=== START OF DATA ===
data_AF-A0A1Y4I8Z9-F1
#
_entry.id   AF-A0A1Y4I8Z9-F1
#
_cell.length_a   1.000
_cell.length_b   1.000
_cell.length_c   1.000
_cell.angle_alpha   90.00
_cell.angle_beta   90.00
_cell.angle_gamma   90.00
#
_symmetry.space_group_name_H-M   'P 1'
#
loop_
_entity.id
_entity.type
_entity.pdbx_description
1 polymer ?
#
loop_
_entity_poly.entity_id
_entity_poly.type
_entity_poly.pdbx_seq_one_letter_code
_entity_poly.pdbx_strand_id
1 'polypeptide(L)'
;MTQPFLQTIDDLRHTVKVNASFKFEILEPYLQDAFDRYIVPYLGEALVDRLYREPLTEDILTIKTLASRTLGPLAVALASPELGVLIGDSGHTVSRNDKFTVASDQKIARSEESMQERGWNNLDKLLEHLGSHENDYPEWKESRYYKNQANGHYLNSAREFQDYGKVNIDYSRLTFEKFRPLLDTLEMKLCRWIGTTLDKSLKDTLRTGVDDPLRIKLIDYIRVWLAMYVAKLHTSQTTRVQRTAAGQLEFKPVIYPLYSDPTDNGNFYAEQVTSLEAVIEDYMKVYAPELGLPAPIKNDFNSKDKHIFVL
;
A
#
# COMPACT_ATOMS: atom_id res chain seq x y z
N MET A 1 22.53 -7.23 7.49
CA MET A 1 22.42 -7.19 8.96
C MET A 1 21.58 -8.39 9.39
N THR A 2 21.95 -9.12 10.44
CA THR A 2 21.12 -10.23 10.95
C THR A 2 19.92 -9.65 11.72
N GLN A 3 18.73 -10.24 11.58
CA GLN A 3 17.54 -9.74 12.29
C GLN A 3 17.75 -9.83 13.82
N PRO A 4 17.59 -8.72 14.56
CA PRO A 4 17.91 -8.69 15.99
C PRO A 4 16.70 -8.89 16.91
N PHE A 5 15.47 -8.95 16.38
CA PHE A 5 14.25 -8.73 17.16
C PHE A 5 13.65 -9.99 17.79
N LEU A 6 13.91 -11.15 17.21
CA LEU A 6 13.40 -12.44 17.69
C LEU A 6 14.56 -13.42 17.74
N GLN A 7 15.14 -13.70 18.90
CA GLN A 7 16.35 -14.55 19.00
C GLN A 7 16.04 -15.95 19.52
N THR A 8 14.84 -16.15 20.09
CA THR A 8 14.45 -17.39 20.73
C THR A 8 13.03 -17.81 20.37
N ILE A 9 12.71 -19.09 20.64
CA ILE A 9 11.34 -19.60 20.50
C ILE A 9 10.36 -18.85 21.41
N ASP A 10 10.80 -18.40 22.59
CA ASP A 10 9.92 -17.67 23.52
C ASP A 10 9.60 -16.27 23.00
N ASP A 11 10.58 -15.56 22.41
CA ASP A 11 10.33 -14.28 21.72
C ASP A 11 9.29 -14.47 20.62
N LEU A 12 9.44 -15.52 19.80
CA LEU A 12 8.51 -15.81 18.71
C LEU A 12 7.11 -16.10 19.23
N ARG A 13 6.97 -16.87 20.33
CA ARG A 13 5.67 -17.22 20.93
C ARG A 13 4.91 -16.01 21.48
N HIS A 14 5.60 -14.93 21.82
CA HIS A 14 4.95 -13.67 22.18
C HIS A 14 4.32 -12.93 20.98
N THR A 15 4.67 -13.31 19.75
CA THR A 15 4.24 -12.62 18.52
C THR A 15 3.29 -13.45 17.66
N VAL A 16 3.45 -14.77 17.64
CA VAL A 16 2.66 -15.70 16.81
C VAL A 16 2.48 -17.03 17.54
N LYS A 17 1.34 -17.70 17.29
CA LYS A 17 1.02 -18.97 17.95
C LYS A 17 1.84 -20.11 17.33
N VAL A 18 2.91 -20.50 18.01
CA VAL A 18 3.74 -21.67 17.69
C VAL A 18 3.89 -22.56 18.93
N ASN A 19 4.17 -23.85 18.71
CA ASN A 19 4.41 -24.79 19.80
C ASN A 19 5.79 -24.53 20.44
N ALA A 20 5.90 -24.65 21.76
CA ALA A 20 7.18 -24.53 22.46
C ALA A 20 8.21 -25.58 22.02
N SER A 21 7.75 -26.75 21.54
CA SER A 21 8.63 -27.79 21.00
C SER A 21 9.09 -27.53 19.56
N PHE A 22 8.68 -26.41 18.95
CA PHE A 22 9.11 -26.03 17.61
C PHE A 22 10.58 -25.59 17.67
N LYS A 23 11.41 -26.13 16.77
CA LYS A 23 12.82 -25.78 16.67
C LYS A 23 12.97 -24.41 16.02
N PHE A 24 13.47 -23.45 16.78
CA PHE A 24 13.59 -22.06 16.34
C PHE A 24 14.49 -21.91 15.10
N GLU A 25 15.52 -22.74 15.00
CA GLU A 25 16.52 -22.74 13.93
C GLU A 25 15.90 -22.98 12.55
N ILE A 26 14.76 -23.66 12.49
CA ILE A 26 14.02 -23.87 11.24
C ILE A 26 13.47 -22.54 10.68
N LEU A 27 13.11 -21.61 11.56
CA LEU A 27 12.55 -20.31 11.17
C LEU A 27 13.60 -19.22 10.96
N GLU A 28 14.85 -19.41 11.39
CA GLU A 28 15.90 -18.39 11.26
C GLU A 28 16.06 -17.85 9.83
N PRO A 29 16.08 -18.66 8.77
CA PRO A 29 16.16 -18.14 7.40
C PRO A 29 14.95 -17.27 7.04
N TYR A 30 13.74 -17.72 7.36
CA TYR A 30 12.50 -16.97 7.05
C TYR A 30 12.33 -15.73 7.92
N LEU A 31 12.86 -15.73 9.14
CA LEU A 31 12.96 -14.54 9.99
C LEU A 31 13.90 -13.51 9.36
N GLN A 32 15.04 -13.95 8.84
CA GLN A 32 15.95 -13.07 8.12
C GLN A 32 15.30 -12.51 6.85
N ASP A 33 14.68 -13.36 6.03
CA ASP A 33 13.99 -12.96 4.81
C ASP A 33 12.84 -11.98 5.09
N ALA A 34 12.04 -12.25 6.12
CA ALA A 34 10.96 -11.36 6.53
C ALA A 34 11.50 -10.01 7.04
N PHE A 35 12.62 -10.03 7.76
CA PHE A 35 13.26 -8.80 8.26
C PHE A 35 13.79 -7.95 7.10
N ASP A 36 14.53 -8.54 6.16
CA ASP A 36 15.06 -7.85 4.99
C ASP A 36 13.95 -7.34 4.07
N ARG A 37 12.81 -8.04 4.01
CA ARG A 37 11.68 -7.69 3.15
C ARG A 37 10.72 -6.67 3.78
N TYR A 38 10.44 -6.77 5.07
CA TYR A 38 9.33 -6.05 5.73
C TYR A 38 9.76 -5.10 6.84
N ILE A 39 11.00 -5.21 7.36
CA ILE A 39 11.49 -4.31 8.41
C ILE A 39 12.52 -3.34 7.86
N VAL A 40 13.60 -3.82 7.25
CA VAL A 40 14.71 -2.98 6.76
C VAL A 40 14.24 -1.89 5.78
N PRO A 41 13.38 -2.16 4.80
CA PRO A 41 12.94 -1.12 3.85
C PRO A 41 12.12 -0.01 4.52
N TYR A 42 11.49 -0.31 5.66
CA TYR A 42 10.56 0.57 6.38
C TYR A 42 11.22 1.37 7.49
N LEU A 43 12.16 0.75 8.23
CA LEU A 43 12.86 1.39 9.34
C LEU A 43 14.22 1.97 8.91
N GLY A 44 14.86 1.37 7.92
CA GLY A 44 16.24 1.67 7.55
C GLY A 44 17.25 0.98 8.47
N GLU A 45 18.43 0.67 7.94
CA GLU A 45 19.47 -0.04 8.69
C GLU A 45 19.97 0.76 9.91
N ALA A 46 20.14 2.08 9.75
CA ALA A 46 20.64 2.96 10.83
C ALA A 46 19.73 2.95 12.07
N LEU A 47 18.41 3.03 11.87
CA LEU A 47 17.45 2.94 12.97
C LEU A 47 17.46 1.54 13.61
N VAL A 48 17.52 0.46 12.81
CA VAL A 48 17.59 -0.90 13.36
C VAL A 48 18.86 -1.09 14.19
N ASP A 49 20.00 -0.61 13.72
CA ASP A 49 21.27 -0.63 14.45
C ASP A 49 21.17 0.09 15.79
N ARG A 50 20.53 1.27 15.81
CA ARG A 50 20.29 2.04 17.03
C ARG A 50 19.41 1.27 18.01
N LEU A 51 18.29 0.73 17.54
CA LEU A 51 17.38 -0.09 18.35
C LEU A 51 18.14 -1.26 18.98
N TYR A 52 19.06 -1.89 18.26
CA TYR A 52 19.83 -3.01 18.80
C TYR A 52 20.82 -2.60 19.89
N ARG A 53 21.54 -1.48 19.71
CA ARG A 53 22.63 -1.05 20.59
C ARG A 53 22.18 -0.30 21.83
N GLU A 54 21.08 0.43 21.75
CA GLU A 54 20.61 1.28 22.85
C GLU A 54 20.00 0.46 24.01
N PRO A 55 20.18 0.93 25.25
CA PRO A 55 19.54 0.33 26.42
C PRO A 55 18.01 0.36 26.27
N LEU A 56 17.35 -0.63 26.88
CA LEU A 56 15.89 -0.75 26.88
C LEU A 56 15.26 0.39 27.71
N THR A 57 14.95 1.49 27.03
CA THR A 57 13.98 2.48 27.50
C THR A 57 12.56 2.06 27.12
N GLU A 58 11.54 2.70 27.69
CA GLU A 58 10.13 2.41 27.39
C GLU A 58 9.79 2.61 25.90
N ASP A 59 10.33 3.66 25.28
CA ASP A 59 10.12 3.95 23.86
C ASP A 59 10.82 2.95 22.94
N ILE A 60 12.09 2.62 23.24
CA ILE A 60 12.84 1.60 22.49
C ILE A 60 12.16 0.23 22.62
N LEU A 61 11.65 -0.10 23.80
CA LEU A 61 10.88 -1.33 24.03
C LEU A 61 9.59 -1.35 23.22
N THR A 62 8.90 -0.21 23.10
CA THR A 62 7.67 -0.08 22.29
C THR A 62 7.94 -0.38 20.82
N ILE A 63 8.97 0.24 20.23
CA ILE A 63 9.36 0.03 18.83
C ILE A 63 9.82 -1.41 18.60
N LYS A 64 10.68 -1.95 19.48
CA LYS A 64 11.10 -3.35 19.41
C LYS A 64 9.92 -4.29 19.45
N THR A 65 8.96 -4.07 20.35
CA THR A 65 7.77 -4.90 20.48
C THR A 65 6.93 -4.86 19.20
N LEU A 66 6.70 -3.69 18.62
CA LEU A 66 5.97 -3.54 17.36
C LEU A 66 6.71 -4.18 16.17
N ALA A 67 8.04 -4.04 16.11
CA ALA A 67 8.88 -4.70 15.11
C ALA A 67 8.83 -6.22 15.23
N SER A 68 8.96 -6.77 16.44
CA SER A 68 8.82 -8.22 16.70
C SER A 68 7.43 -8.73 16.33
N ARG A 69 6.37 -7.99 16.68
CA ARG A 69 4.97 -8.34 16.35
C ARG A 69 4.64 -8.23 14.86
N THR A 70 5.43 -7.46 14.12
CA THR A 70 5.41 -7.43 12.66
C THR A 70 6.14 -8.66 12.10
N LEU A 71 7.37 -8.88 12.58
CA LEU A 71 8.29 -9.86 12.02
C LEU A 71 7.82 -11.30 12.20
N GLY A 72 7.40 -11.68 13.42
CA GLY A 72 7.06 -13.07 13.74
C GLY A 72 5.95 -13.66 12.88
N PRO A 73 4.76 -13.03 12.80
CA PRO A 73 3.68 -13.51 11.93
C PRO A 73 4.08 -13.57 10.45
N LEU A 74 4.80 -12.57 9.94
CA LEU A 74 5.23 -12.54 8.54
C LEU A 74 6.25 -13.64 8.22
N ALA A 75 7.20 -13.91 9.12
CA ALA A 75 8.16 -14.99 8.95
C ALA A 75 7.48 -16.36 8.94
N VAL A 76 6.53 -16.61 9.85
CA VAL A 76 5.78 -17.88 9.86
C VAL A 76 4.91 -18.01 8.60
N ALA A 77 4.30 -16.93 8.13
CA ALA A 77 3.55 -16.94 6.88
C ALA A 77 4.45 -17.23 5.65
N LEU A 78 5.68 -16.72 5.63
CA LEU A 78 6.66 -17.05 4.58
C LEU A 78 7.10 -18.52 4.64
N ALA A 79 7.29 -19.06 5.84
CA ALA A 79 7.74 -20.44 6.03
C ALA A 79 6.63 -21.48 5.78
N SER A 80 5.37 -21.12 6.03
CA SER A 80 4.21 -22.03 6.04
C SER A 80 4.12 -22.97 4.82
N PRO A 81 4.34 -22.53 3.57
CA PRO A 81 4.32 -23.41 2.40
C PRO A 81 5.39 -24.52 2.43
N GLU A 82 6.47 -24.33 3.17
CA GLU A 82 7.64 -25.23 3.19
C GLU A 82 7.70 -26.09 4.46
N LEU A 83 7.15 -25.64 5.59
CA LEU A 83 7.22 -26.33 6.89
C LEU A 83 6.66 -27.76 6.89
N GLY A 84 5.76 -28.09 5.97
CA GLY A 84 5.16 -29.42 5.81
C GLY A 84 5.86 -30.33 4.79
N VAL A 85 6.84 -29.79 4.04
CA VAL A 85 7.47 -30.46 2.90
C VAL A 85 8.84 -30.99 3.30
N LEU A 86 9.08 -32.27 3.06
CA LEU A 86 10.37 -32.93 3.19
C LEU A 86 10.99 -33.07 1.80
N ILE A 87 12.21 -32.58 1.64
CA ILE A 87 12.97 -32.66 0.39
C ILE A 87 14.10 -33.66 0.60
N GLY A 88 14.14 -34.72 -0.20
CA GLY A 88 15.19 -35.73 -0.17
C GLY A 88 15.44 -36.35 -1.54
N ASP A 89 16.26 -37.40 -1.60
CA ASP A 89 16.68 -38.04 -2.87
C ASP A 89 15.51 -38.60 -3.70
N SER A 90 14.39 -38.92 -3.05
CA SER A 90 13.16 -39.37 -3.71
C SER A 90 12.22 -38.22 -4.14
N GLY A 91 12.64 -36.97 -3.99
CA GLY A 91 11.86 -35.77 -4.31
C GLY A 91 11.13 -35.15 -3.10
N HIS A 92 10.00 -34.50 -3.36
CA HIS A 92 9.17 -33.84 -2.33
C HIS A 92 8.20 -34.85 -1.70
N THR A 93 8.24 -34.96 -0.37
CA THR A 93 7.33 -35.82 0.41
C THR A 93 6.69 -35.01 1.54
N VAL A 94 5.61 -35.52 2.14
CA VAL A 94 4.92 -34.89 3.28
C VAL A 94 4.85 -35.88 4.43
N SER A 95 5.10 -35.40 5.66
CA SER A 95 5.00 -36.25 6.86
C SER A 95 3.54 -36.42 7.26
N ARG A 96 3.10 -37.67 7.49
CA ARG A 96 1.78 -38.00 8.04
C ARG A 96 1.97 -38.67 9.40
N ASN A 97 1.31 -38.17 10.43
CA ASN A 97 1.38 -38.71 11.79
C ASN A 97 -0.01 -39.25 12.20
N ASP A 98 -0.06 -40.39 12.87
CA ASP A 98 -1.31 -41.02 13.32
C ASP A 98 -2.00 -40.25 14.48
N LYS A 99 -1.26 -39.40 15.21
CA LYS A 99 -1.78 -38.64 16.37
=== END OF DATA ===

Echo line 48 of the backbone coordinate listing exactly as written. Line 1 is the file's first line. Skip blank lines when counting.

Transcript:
C LEU A 6 14.56 -13.42 17.74